|Dr Crippen needn't have bothered with the hyoscine hydrobromide |
he used to poison his wife, he could have opened a dodgy
packet of prawns and made her a sandwich.
I AM now, officially, a statistic. The Food Standards Agency reports that one in three of us is gambling with our health by using food past its 'use by' date. I'm afraid I am one of those people, although I am still here to tell the tale.
Obviously, if it smells like a post-mortem, is attempting to crawl out of the fridge on its own or is covered in slime, I give it a wide berth. Other than that, it's fair game.
If you have been religiously checking those 'use-by' dates all your life, don't let me persuade you to do otherwise. I don't want to be personally responsible for a virulent outbreak of food-poisoning. But, speaking personally, I rely on my own judgement rather than a date-stamp.
I'm not a 'use-by' person, more of a 'sniff-by' kind of a girl. If it doesn't smell whiffy, it's edible.
Now it seems my attitude to those dates could be lining me up for some unmentionable gastric illness as I could well be ingesting salmonella, e.coli and listeria along with that squidgy brie smothered on my cracker.
I have a suggestion for the Food Standards Agency. If they want us all to stick to the 'rules', then don't make them so confusing. For there are use-by dates, sell-by dates and best-before dates. It seems the sell-by dates are meaningless and the best-before dates are created by the manufacturer as a suggestion because they want you to eat their products when they are in tip-top condition.
The only one that has any real value is the use-by date - the one I have been studiously ignoring. And even those are flexible up to a point, for manufacturers tend to err on the side of caution.Up to now I have tended to look on those dates more as a challenge.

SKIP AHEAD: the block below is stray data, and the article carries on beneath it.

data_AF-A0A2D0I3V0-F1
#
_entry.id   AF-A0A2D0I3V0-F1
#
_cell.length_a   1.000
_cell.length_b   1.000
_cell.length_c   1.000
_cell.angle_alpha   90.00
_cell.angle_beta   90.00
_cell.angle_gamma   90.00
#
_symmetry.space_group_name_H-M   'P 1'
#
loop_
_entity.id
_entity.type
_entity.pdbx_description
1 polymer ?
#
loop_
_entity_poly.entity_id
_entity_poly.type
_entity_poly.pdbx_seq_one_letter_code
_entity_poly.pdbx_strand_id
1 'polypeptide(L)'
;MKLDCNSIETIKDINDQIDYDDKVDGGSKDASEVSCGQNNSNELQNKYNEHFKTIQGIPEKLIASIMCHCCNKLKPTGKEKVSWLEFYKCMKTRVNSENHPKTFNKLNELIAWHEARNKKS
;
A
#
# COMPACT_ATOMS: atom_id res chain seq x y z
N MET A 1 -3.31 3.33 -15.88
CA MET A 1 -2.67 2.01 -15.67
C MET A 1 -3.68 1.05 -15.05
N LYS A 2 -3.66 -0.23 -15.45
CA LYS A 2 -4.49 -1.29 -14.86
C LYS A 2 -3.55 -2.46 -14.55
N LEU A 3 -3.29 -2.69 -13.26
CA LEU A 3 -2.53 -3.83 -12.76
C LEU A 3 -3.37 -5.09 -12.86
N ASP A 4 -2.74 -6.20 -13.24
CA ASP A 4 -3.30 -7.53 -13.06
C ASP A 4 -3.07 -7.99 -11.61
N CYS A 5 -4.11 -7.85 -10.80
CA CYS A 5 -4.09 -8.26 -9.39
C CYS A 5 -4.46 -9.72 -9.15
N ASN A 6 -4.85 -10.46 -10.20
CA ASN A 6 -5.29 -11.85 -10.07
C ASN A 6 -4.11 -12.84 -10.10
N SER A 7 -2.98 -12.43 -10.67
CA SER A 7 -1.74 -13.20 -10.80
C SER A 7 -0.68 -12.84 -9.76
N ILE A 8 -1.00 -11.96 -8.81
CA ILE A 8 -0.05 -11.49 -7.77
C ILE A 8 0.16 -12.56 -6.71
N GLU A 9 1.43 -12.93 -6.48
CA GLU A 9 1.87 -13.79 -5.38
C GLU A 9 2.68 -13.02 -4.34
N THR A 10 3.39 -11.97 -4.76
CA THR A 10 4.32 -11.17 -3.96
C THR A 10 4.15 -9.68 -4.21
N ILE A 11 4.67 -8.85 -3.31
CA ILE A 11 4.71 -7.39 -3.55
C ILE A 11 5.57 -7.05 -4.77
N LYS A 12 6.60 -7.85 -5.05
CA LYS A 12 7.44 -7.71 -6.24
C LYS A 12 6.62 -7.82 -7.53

Cheddar with a blue covering? Cut it off and eat the rest, is my attitude. A packet of custard powder that orders me to use it by January 7, 2009? I'll make that raspberry trifle when I want to and I may not want to for a few more weeks...or years.
I refuse to believe that a tin of beans that is perfectly safe to eat at 11.59pm, suddenly becomes poisonous a minute later. If it were true, Dr Crippen wouldn't have bothered using hyoscine hydrobromide to poison his wife, he would have opened a dodgy packet of prawns and made her a sandwich. In the interests of historical accuracy, Crippen TRIED to poison his wife but gave her too much hyoscine hydrobromide which caused her to go screamingly mad - so he shot her. Oh well…
According to the Food Standards Agency, we in the UK throw away 7 million tonnes of food every year, the majority of which could have been eaten. Wasting food like this costs the average household £470 a year.
As for all of those dates generally speaking they are not regulated in the way many people believe. The current system misleads consumers to believe they must discard food because it's dangerous to eat when in fact most of the dates are only suggestions.
For now I'm going to continue with my "sniff" method. I haven't poisoned anybody yet. At least, I don't think I have. Which reminds me, I wonder what happened to my old schoolfriend who popped round for a sandwich in 2016? She hasn't been back since.
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